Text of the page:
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Maclean's no longer worthy of public funding, senator says

Heritage Minister James Moore speaks to reporters about his NHL rooting interests before Question Period in Ottawa on May 3, 2010.

Sean Kilpatrick/Sean Kilpatrick/The Canadian Press

A Canadian senator is asking the federal government to revoke federal subsidies to Maclean's magazine over an article on university enrolment that focused on Asian-Canadian students.

In a letter to Heritage Minister James Moore, Senator Vivienne Poy says the public outcry over the article is enough to justify axing $1.5-million in funds for the national news weekly. She said periodicals that contain offensive content, "defined as material that is denigrating to an identifiable group," can be deemed ineligible for federal support. She also mentions Maclean's articles about corruption in Quebec and about Islamic groups that have raised the ire of some readers.

"It has offended large portions of the Canadian population through its divisive journalism," Ms. Poy writes. "As such … it should no longer be deemed worthy of public funding by Canadian Heritage."

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Her intervention follows a vote by Toronto city council this week to demand an apology from the magazine. Victoria and Vancouver city councils have also passed similar motions.

Maclean's has said it did not intend to cause offence with the article, which was published in November's annual university rankings issue. It was originally given the headline "Too Asian?," which has since been changed on the magazine's website to "The Enrolment Controversy." In its defence the magazine points out that the headline "Too Asian?" was phrased as a question and taken from a report referred to in the article.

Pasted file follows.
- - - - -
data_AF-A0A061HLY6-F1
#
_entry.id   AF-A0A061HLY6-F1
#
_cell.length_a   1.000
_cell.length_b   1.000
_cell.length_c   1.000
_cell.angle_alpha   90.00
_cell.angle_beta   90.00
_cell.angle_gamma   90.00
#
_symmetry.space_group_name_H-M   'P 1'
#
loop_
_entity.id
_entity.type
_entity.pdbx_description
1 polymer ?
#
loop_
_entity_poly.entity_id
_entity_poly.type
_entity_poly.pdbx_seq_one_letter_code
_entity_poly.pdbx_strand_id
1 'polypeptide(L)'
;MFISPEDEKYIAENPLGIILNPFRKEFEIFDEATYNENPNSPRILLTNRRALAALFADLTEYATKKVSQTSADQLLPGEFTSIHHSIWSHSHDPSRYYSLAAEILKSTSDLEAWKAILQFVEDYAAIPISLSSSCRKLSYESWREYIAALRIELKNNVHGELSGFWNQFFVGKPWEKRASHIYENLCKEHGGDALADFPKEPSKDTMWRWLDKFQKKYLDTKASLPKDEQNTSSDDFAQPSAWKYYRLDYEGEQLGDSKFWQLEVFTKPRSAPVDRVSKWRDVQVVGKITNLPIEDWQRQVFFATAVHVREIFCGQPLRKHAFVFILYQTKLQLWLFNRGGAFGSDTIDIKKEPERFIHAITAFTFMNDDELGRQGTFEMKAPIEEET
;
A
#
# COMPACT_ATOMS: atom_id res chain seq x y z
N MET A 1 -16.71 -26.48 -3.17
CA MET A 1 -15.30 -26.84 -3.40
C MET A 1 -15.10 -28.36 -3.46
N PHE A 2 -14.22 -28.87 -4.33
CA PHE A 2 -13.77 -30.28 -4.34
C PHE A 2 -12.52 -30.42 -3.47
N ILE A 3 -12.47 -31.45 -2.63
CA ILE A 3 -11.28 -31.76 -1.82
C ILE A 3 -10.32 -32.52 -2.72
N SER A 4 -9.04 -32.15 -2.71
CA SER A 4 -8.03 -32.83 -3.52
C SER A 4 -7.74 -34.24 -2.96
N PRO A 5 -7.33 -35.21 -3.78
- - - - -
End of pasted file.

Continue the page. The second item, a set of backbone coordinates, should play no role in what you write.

In a statement Friday, Maclean's said, "We disagree with the Senator's characterization of our journalism."

A month after the article first appeared, critics continue to agitate against Maclean's and its parent company, Rogers.

Organizers have begun distributing 12,500 buttons with the words "Too Asian for Maclean's" and "Too Asian for Rogers." Protests are being organized at the University of Toronto, the University of Victoria, McMaster University and Ryerson University, according to Brad Lee, who created a Facebook page as a venue for criticism. He said his page received more than 17,000 hits in the last 24 hours, and more than 100 groups have endorsed a letter opposing anti-Asian racism.

"As Canadians we strongly believe in freedom of the press," he said. "As taxpayers we don't want our money spent on a media outlet that misrepresents us."

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Demographics Reporter

Joe Friesen writes about immigration, population, culture and politics. He was previously the Globe's Prairie bureau chief. More

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